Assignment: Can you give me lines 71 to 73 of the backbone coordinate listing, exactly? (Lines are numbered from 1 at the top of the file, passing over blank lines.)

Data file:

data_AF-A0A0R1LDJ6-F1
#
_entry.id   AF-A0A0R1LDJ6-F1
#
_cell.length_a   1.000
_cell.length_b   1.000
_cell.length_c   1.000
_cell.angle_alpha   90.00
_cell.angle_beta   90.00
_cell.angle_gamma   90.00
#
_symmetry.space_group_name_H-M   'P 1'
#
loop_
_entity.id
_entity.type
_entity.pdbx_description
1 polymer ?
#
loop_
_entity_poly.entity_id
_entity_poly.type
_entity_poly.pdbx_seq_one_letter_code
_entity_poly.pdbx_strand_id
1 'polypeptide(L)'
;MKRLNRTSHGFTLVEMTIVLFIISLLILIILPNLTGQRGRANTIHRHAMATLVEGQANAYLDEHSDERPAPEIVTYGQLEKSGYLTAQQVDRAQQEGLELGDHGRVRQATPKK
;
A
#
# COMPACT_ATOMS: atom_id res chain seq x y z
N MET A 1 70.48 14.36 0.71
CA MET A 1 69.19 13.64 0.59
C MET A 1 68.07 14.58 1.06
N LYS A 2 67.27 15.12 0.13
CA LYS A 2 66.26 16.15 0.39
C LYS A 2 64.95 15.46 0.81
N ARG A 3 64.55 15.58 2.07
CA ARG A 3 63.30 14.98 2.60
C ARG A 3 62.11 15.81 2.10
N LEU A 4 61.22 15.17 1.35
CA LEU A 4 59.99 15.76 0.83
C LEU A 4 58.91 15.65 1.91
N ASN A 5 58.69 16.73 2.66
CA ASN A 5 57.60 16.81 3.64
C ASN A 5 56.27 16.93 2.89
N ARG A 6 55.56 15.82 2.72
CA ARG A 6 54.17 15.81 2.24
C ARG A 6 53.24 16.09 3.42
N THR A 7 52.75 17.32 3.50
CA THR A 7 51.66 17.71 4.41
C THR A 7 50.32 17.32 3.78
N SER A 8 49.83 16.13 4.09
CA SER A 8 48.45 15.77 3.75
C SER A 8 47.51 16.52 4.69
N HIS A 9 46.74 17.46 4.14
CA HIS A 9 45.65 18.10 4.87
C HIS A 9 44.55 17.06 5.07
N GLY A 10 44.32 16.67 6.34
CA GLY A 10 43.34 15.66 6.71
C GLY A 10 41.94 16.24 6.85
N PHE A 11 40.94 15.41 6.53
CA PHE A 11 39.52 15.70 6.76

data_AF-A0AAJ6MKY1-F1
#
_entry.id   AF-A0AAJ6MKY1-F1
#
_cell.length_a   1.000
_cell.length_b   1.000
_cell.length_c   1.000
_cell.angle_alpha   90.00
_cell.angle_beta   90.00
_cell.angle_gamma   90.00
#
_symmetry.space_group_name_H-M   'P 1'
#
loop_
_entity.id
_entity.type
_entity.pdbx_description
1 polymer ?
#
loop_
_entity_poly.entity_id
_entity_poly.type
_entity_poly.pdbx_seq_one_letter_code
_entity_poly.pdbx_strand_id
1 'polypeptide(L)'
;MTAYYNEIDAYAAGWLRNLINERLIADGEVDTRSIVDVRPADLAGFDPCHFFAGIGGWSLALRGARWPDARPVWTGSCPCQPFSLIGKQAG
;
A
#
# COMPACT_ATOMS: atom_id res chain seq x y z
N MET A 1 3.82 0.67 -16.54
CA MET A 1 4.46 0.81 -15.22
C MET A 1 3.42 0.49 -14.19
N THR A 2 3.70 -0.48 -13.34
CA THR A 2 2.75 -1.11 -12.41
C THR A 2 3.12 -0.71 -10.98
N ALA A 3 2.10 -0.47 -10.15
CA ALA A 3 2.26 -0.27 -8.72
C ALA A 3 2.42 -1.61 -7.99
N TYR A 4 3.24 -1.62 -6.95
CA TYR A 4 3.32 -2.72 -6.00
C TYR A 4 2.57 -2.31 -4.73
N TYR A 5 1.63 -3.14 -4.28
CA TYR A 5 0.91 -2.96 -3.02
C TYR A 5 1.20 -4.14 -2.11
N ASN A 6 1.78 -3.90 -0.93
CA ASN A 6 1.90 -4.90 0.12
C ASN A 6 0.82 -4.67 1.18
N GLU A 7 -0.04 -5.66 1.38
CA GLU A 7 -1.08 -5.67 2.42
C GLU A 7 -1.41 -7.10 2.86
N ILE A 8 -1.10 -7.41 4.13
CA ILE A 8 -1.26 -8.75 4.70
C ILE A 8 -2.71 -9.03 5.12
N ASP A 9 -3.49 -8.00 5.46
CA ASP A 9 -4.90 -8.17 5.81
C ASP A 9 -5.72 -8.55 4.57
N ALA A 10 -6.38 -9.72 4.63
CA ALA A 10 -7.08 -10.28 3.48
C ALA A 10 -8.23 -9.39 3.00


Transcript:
_cell.angle_beta   90.00
_cell.angle_gamma   90.00
#